Barnacle Bill (aka All at Sea in the U.S.) has an undeserved critical reputation as a late failure that is more concerned with the studios' past comedy glories than it is in creating something new and innovative. But, based on viewing it for this blog, I can't really agree with them.

The Great Ealing Film Challenge 83: I Believe in You (1952)

Dr Keith M. Johnston | Posted 18.09.2012 | UK Entertainment
Dr Keith M. Johnston

It is hard to know how to react to I Believe in You: in one sense, this could be dismissed as reliable Ealing social problem fodder, where nice upper and middle-class people volunteer to be probation officers to help deal with the problematic working classes, particularly the rebellious youth who frequent dance halls and get in trouble with the police (in that sense the film has been linked to Relph and Dearden's earlier The Blue Lamp, 1950).

The Great Ealing Film Challenge 81: Painted Boats (1945)

Dr Keith M. Johnston | Posted 16.09.2012 | UK Entertainment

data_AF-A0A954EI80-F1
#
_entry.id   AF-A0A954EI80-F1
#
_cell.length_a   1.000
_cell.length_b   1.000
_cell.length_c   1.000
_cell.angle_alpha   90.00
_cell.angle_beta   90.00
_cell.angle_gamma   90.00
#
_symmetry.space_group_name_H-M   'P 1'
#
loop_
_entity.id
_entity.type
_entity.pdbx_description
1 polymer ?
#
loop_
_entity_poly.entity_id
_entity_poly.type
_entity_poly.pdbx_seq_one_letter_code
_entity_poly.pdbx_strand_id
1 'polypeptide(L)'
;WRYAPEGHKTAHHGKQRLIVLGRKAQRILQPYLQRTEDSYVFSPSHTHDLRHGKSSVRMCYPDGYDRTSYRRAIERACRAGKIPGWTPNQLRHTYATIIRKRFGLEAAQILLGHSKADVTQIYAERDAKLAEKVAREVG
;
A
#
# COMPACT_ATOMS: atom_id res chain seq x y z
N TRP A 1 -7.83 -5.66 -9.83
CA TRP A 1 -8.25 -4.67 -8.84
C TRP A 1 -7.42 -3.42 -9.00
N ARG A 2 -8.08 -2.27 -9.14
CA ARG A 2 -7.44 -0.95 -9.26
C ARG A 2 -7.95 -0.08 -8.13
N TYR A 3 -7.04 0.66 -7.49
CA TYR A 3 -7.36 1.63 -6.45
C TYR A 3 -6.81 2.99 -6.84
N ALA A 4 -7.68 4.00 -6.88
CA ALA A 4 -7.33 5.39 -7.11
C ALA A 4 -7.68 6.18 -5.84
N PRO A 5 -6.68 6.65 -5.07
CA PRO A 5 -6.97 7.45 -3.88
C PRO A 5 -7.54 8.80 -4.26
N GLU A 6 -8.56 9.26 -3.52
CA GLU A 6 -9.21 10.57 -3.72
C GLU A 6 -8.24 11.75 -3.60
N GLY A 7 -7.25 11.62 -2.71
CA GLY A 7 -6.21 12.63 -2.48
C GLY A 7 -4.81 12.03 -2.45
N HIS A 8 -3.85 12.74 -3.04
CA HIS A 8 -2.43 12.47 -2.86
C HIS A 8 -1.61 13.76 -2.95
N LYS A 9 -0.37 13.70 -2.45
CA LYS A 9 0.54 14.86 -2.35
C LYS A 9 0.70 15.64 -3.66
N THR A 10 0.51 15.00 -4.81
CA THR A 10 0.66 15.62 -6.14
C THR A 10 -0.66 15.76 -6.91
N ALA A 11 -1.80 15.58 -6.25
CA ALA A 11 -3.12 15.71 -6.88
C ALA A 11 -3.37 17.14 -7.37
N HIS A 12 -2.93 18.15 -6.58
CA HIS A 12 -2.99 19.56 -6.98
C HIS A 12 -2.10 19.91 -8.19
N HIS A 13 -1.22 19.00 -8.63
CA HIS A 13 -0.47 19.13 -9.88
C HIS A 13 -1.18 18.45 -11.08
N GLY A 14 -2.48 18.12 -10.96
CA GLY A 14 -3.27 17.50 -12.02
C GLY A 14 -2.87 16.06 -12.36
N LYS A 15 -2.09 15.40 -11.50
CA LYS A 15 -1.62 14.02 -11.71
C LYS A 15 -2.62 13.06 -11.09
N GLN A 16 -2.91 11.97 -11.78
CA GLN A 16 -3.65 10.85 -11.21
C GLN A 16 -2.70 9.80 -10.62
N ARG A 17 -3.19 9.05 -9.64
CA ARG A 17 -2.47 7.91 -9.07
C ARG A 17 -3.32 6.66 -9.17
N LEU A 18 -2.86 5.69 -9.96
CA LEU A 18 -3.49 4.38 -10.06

Dr Keith M. Johnston

So, a strange entry for this blog, but one that gestures towards Ealing's other life, as a wartime documentary film studio, more than their known persona.

The Great Ealing Film Challenge 80: Eureka Stockade (1949)

Dr Keith M. Johnston | Posted 03.09.2012 | UK Entertainment
Dr Keith M. Johnston

This historical Western finishes off the coverage of Ealing's five Australian films in this blog and, as that genre description suggests, it has a lot in common with the films it was produced between, namely The Overlanders (1946) and Bitter Springs (1950).

The Great Ealing Film Challenge 79: There Ain't No Justice (1939)

Dr Keith M. Johnston | Posted 27.08.2012 | UK Entertainment
Dr Keith M. Johnston

Michael Balcon often identified this film as an early example of what he believed Ealing films to be capable of: a character study about (allegedly) realistic people and situations, a commentary on modern society, with a focus on community and the representation of British concerns.